Mercury toxicity presenting as acrodynia and a papulovesicular eruption in a 5-year-old girl.
    Dermatol Online J 2016 Mar 16;22(3). Epub 2016 Mar 16.
    University of California, Davis.
    Acrodynia is a reaction that occurs in children who have been exposed to mercury. Mercury toxicity has systemic manifestations as well as cutaneous manifestations, which can appear similar to those found in a number of other diseases. We present a case of acrodynia caused by mercury exposure in a previously healthy 5-year-old girl who developed hypertension, palmoplantar pruritus, and a papulovesicular eruption. Read More

    Ethnic Kawasaki Disease Risk Associated with Blood Mercury and Cadmium in U.S. Children.
    Int J Environ Res Public Health 2016 Jan 5;13(1). Epub 2016 Jan 5.
    Kawasaki Disease Center, Kaohsiung Chang Gung Memorial Hospital, Niaosong, Kaohsiung 83301, Taiwan.
    Kawasaki disease (KD) primarily affects children <5 years of age (75%-80%) and is currently the leading cause of acquired heart disease in developed nations. Even when residing in the West, East Asian children are 10 to 20 times more likely to develop KD. We hypothesized cultural variations influencing pediatric mercury (Hg) exposure from seafood consumption may mediate ethnic KD risk among children in the United States. Read More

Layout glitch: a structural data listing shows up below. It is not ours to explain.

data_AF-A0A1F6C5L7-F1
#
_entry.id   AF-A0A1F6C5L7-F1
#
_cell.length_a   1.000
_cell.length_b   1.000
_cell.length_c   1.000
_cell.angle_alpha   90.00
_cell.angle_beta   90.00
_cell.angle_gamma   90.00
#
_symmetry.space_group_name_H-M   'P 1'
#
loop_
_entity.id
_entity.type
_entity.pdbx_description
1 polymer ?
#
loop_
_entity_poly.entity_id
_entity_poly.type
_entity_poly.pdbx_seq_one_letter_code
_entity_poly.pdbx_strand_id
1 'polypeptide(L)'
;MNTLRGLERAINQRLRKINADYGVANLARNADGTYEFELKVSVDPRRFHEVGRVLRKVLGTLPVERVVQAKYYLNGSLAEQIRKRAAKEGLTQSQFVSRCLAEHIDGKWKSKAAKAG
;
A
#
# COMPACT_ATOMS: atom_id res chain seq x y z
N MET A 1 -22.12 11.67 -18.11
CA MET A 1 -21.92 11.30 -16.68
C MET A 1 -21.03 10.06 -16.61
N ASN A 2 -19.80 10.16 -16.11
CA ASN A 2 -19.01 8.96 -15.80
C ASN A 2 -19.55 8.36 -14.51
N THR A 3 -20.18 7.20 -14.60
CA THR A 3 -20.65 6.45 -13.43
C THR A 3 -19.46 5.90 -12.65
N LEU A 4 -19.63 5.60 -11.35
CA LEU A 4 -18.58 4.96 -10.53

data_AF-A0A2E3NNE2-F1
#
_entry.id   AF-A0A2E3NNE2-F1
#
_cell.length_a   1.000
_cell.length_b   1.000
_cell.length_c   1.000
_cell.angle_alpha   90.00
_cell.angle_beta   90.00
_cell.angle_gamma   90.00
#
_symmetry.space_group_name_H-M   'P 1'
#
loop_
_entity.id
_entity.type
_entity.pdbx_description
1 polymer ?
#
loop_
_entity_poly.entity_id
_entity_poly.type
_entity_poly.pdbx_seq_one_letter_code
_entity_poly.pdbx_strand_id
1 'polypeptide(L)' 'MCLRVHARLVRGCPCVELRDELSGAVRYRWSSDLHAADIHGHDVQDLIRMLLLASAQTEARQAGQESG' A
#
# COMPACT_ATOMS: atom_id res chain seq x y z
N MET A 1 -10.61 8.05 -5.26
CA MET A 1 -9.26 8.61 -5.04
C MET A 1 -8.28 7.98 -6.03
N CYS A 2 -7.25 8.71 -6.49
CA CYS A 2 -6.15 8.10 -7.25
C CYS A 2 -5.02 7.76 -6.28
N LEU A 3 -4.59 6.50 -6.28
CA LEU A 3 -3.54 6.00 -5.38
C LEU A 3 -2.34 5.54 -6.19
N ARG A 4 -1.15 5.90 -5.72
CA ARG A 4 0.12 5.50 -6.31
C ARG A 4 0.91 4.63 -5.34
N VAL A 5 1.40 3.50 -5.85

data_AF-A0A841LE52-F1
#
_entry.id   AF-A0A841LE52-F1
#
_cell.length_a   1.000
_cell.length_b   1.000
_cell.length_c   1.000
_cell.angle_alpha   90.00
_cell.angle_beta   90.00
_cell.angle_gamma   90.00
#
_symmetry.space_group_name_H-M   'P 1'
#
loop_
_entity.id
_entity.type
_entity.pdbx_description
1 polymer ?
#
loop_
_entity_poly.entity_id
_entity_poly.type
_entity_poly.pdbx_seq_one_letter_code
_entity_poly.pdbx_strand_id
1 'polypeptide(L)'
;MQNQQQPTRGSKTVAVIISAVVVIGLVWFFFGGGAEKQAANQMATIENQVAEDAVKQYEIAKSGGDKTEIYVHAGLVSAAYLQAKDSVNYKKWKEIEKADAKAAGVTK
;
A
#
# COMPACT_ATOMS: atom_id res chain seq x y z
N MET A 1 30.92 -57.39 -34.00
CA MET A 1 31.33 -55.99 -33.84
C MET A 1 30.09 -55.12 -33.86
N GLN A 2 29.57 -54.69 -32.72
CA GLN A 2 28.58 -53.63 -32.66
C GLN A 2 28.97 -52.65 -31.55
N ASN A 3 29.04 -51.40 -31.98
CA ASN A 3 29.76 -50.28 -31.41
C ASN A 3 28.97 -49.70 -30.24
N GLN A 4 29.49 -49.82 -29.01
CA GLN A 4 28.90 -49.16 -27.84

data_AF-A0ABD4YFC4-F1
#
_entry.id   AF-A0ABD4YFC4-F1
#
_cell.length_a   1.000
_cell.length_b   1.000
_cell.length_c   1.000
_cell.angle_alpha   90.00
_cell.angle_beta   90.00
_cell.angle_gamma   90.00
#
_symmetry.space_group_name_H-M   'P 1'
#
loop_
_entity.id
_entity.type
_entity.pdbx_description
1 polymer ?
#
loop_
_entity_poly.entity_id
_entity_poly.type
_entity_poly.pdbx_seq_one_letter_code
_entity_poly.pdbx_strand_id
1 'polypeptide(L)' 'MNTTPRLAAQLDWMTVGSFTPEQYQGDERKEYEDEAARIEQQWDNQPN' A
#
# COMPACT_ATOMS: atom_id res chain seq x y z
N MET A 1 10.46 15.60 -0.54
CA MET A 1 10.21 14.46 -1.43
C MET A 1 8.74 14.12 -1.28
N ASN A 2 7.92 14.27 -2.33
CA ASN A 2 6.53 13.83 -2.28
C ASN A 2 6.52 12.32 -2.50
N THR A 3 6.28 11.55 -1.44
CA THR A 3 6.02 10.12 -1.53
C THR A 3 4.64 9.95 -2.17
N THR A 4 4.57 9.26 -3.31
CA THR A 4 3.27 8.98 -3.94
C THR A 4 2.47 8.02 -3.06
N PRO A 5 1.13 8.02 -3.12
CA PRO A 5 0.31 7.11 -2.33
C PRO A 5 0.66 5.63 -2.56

Mercury poisoning in two 13-year-old twin sisters.
    J Res Med Sci 2015 Mar;20(3):308-11
    Department of Pediatrics, Medical Toxicology Research Center, School of Medicine, Mashhad University of Medical Sciences, Mashhad, Iran.